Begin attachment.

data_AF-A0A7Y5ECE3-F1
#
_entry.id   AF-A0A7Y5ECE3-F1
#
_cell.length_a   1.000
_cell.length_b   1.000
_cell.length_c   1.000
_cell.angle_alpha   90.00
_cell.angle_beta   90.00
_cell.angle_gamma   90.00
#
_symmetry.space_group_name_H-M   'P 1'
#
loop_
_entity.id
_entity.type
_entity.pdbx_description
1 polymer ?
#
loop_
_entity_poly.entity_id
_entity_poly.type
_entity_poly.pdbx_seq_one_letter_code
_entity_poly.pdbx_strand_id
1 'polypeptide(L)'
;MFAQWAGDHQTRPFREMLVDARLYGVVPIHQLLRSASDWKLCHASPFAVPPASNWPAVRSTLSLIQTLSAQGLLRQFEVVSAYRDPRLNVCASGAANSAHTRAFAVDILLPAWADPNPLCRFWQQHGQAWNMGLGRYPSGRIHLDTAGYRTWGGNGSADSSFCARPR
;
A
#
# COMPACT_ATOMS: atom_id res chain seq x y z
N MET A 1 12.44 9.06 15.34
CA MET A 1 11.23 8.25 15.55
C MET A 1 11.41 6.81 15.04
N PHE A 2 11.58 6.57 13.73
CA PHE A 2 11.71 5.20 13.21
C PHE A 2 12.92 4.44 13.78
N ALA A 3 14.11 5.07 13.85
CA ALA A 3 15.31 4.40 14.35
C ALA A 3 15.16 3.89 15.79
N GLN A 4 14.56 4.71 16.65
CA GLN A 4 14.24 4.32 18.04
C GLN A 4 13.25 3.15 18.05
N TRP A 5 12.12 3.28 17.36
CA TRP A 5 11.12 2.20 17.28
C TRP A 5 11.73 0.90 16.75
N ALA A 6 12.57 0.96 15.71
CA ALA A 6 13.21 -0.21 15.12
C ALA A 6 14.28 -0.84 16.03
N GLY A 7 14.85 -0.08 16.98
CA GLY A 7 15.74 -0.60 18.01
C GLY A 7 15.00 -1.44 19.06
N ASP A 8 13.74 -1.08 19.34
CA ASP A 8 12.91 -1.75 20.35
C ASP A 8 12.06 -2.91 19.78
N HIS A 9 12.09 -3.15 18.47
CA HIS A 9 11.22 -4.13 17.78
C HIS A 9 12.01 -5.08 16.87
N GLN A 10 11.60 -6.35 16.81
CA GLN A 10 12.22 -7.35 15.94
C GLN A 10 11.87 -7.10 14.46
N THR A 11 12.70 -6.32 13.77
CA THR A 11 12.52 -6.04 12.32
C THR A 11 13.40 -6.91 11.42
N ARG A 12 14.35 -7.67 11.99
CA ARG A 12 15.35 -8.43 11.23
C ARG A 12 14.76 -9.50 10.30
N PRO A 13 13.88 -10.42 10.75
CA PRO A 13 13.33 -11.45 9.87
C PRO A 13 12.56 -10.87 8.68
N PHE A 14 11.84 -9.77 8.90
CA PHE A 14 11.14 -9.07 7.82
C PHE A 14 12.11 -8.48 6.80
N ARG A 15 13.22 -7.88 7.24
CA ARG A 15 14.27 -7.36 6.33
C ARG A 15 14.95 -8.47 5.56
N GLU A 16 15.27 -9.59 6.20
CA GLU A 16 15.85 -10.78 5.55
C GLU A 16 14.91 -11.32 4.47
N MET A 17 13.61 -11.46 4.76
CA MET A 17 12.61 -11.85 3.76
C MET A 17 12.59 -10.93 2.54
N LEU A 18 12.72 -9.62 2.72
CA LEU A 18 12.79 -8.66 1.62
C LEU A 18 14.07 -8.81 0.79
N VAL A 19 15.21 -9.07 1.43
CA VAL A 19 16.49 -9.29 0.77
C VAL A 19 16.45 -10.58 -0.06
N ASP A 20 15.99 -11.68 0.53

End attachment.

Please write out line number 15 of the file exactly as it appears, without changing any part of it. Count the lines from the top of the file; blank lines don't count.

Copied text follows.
_entity.id